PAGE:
Carbon Capture and Sequestration

The Contracting Parties to the LC and LP have taken ground-breaking steps to mitigate the impacts of increasing concentrations of carbon dioxide (CO2) in the atmosphere and to ensure that new technologies with the potential to cause harm to the marine environment are effectively controlled and regulated. The LC and LP have, so far, been the most advanced international regulatory instruments addressing carbon capture and sequestration in sub-sea geological formations (CCS-SSGF) and marine geoengineering such as ocean fertilization (OF). 

In 2006, the LP Contracting Parties adopted amendments to Annex 1 of the Protocol to regulate CCS-SSGF. These amendments created a legal basis in international environmental law to regulate carbon capture and storage in sub-seabed geological formations for permanent isolation. This practice would typically apply to large point sources of CO2 emissions, including power plants and cement works, but excludes the use of such CO2 waste streams for enhanced oil recovery.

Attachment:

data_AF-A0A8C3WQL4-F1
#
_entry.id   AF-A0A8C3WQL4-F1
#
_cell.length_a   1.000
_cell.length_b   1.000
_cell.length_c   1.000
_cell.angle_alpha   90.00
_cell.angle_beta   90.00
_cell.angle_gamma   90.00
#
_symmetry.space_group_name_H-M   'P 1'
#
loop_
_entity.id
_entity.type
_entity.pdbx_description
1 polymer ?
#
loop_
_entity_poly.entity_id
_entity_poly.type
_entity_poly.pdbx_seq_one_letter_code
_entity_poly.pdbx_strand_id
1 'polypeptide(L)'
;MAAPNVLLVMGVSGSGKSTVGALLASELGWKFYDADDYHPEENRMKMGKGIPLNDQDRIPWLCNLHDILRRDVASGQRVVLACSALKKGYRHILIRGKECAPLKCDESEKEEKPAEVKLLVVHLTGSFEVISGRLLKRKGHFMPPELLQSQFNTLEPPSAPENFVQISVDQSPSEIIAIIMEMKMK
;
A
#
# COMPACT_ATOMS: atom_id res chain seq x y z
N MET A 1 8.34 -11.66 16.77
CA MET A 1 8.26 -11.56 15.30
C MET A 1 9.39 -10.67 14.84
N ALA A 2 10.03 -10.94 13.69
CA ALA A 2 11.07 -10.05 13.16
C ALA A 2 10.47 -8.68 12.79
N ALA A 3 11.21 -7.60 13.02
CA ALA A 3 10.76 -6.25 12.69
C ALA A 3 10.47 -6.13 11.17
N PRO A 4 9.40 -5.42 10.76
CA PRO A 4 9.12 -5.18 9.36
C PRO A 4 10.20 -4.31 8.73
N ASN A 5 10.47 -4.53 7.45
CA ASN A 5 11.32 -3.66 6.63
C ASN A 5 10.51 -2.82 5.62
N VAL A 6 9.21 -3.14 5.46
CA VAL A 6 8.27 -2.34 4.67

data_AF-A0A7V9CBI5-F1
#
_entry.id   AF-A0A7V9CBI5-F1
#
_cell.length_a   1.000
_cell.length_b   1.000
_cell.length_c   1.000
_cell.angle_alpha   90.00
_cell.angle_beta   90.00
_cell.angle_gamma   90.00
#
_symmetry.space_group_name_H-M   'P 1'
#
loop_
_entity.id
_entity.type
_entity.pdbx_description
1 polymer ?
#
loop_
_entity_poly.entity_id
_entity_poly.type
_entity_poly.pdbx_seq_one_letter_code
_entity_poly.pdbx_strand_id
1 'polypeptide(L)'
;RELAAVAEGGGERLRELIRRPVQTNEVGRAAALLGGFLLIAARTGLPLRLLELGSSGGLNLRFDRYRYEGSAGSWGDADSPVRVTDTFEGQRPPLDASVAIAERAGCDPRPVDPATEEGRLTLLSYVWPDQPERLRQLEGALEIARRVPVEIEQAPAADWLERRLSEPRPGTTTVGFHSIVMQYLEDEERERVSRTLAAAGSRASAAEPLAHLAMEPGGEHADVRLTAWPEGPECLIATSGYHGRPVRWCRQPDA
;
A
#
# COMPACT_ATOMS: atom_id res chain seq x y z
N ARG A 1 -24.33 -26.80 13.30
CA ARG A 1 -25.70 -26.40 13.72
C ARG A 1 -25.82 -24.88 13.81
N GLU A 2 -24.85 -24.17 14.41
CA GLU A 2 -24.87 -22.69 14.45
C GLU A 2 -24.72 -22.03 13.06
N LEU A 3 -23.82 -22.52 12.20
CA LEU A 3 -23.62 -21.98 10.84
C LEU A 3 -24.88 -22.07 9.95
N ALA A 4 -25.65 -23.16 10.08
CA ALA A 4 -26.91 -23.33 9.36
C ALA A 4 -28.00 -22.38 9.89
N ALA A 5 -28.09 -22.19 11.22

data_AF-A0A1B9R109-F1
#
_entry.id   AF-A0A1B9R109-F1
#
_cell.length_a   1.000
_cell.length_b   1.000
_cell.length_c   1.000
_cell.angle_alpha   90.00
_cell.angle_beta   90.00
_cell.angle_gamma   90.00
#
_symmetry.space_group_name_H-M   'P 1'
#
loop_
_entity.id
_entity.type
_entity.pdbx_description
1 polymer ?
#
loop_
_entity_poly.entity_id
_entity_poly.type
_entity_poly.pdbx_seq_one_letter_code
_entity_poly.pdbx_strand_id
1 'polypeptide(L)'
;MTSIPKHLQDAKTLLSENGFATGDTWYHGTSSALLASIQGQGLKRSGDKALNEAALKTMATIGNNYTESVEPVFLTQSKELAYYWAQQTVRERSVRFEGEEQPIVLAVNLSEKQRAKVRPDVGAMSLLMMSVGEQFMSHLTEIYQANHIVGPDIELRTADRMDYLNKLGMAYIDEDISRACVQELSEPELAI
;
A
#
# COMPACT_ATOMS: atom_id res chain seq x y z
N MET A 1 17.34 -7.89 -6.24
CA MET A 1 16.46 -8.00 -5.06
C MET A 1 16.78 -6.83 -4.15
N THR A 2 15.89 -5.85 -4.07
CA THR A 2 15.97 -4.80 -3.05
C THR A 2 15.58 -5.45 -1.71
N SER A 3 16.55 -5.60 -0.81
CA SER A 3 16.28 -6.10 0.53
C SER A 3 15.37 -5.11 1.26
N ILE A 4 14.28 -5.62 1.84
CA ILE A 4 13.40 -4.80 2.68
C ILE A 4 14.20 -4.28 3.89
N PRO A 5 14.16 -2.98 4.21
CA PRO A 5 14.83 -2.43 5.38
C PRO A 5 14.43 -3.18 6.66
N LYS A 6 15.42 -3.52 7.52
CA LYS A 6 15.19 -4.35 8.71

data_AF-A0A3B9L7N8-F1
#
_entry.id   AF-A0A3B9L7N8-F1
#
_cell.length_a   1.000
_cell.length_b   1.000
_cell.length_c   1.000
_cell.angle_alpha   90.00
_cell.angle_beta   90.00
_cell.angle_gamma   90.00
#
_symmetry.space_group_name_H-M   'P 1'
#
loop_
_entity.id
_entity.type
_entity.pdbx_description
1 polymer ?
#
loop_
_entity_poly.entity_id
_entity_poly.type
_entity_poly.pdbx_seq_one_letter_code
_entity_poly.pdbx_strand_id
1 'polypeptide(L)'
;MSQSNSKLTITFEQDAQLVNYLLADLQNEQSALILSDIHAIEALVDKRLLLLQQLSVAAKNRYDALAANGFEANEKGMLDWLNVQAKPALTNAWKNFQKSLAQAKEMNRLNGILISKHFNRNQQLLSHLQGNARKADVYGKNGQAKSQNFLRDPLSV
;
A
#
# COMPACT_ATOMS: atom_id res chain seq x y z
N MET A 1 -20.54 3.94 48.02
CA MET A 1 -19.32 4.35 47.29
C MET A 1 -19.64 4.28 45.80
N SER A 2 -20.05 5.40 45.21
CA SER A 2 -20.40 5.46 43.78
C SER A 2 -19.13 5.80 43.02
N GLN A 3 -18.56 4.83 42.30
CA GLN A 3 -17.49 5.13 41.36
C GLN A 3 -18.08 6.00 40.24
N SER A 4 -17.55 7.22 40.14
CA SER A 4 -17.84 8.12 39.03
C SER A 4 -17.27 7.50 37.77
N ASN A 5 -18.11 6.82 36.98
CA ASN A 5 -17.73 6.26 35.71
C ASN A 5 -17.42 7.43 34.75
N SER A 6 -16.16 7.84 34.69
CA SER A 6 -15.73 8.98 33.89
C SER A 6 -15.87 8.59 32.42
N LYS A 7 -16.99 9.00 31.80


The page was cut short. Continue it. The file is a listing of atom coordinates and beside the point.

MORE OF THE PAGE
In 2009, the Parties amended LP Article 6 concerning the export of wastes for dumping purposes, aimed at enabling Parties to share transboundary sub-seabed geological formations for sequestration projects, on the condition that the protection standards of the LP are fully met. The amendment will enter into force sixty days after two-thirds of the Contracting Parties have deposited an instrument of acceptance with the Organization.

In 2019, Contracting Parties to the London Protocol adopted a resolution (LP.5(14)) to allow provisional application of an amendment to Article 6 of the Protocol to allow export of CO2 for storage in sub-seabed geological formations. Two or more countries can therefore agree to export CO2 for geological storage. To do so they must deposit a formal declaration of provisional application with the Secretary-General of IMO, and also notify  IMO of any agreements and arrangements for permitting and responsibilities between the Parties, following the existing guidance. 

The resolution stresses that provisional application of the 2009 amendment should only be seen as a preliminary solution pending further acceptances and formal entry into force of the amendment to Article 6, therefore current and prospective Contracting Parties to the London Protocol are urged to consider accepting the amendment.  

The most relevant documents with respect to CCS under the London Protocol can be found in the menu to the right.